While it's debatable whether Señor Finisterre actually did invent table football, the indisputable fact is the first-ever patent for a game using little men on poles was granted in Britain, to Harold Searles Thornton, an indefatigable Tottenham Hotspur supporter, on November 1, 1923. His uncle, Louis P. Thornton, a resident of Portland, Oregon, visited Harold and brought the idea back to the United States and patented it in 1927. But Louis had little success with table football; the patent expired and the game descended into obscurity, no one ever realising the dizzying heights it would scale decades later.

The world would have been a much quieter place if the game had stayed as just a children's plaything, but it spread like a prairie fire.

Posted by orrinj at 5:05 AM


Richard Nixon -- the last great liberal (Douglas E. Schoen,  January 09, 2013, FoxNews.com)

Nixon was not only a fervent supporter of the Clean Air Act, the first federal law designed to control air pollution on the national level; he also gave us the Environmental Protection Agency. The creation of the EPA represented an expansion of government that would face fierce opposition were it being debated today. The EPA is also one of the agencies on Capitol Hill that the business community most detests--along with the Occupational Safety and Health Administration, which polices working conditions. OSHA is another Nixon creation.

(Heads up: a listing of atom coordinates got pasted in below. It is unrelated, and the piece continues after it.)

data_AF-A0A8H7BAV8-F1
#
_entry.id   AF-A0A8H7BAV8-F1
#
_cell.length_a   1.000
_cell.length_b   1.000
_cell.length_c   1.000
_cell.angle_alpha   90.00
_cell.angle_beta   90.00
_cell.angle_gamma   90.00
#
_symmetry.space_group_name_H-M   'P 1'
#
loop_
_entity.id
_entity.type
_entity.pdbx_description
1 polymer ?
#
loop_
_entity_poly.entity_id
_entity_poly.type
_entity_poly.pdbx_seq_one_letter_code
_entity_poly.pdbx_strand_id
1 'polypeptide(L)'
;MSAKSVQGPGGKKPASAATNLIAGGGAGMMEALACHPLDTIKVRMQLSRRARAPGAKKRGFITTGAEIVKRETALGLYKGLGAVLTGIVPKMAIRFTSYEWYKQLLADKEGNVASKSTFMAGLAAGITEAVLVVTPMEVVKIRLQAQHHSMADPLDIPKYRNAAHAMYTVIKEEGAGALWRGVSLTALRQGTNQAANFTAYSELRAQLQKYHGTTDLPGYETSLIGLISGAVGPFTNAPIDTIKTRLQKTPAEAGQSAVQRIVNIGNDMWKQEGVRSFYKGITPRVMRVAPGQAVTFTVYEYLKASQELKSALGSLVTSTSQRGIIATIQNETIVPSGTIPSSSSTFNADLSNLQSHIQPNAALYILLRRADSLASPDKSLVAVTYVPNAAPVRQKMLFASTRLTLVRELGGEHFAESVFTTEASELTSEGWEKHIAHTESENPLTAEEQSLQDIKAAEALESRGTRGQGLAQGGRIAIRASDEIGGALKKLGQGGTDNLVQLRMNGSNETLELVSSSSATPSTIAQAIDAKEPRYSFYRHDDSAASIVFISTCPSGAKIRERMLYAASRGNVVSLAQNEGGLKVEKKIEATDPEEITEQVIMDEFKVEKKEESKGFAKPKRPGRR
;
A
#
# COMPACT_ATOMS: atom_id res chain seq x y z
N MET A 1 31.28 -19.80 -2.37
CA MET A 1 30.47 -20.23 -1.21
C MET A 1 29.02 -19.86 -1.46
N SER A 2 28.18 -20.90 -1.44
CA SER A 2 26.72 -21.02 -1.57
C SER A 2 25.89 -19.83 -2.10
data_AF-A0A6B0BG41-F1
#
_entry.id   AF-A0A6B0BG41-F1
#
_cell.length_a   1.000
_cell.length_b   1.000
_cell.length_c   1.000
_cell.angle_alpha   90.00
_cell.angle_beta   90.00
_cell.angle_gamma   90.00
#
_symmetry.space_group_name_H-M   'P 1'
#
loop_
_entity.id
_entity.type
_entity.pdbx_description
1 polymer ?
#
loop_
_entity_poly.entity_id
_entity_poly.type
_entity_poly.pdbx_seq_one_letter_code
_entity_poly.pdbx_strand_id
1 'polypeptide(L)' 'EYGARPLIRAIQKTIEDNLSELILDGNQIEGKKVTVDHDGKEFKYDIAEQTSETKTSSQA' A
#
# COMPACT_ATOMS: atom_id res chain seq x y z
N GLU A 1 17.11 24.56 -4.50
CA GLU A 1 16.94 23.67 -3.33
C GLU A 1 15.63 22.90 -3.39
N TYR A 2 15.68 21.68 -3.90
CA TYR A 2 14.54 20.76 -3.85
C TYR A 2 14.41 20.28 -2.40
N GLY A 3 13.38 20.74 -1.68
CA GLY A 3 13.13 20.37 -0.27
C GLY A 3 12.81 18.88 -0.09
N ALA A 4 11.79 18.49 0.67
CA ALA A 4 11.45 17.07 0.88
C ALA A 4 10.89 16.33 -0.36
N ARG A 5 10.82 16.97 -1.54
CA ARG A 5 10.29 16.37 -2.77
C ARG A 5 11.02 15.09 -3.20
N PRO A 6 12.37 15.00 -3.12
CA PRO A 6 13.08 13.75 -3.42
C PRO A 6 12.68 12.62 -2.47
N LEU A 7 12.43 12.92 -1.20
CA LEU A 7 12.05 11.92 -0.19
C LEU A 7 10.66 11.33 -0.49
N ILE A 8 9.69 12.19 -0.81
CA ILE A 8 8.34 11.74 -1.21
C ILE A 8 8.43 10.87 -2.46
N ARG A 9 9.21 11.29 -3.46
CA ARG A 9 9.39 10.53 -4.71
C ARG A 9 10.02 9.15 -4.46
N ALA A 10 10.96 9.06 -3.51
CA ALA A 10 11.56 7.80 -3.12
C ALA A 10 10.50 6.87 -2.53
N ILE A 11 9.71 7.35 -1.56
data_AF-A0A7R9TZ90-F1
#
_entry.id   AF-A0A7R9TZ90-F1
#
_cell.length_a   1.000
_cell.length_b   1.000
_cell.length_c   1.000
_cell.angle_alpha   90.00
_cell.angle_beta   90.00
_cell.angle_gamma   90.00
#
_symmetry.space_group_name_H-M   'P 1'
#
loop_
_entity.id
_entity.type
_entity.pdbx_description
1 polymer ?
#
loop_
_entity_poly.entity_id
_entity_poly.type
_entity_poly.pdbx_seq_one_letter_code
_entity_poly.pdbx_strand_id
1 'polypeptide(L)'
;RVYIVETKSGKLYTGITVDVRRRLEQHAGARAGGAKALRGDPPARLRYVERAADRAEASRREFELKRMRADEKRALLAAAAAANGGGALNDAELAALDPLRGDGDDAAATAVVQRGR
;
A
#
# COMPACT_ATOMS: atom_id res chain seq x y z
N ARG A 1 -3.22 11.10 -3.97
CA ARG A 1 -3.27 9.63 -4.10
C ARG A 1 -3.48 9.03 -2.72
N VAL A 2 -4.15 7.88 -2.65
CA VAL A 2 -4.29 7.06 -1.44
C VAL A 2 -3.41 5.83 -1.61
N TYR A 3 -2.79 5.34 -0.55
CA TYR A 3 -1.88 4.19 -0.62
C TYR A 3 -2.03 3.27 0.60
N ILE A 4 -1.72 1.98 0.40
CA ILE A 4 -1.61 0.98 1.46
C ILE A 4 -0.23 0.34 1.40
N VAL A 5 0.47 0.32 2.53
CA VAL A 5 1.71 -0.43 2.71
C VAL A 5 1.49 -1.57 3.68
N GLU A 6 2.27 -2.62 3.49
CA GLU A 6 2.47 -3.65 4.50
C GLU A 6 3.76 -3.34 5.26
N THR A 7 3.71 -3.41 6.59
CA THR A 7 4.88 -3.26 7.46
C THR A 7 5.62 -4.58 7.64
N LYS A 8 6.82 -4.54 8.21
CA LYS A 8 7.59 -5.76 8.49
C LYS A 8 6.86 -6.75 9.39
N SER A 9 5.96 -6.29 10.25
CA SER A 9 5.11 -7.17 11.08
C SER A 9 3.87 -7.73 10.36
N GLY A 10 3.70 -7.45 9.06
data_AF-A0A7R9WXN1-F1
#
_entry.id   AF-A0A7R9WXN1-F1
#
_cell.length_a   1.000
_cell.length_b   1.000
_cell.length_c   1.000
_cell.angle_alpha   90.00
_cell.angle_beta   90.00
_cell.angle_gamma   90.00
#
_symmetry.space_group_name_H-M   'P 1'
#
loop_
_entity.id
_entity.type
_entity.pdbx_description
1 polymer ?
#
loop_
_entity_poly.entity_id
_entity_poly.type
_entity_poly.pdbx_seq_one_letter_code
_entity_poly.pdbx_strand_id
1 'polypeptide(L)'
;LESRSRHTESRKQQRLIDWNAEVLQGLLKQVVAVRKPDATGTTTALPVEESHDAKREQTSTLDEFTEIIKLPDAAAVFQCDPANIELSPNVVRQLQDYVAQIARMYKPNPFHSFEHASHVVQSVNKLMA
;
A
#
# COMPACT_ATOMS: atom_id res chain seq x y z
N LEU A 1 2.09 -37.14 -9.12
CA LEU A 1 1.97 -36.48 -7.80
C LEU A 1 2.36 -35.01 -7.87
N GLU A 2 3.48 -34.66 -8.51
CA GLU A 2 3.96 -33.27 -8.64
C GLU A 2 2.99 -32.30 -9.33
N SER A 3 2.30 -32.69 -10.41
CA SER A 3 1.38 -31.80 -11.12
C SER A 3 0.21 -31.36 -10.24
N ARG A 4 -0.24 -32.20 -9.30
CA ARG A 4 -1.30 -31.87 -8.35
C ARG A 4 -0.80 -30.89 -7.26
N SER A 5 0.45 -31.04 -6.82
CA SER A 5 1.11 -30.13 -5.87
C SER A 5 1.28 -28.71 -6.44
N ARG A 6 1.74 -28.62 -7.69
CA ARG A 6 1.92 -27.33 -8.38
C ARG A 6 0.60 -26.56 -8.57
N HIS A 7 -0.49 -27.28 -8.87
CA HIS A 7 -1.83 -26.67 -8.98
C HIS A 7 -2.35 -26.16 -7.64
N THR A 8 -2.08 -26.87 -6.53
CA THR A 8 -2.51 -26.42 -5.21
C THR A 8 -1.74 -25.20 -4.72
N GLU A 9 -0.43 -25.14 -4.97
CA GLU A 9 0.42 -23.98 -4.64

Herbert Stein, chief economic adviser during the administrations of Nixon and Gerald Ford, once remarked: "Probably more new regulation was imposed on the economy during the Nixon administration than in any other presidency since the New Deal."

How many remember that Nixon was a champion of affirmative action? "Incredible but true", as Fortune magazine put it in 1994 when Nixon died, "It was the Nixonites that gave us employment quotas." Though many credit John F. Kennedy or Lyndon Johnson with initiating affirmative action, it was rather Richard Nixon who first sanctioned formal goals and time frames to break barriers to minority employment.

Social Security benefits, a cornerstone of the Democratic Party platform, were also crucial to Nixon's policies. He ushered in a minimum tax on the wealthy and supported a guaranteed income for all Americans, a move that would rile today's Republicans to unprecedented heights.

And finally, consider health care: Nixon's proposed reform would have required employers to buy health insurance for their employees and subsidize those who couldn't afford it. Nixon's version of national health care was a far more liberal concept than Bill Clinton's or Barack Obama's--and it failed because of Democratic opposition, not lack of support from Nixon's own party. (Ted Kennedy later said that opposing Nixon's health-care plan was one of his biggest political regrets.)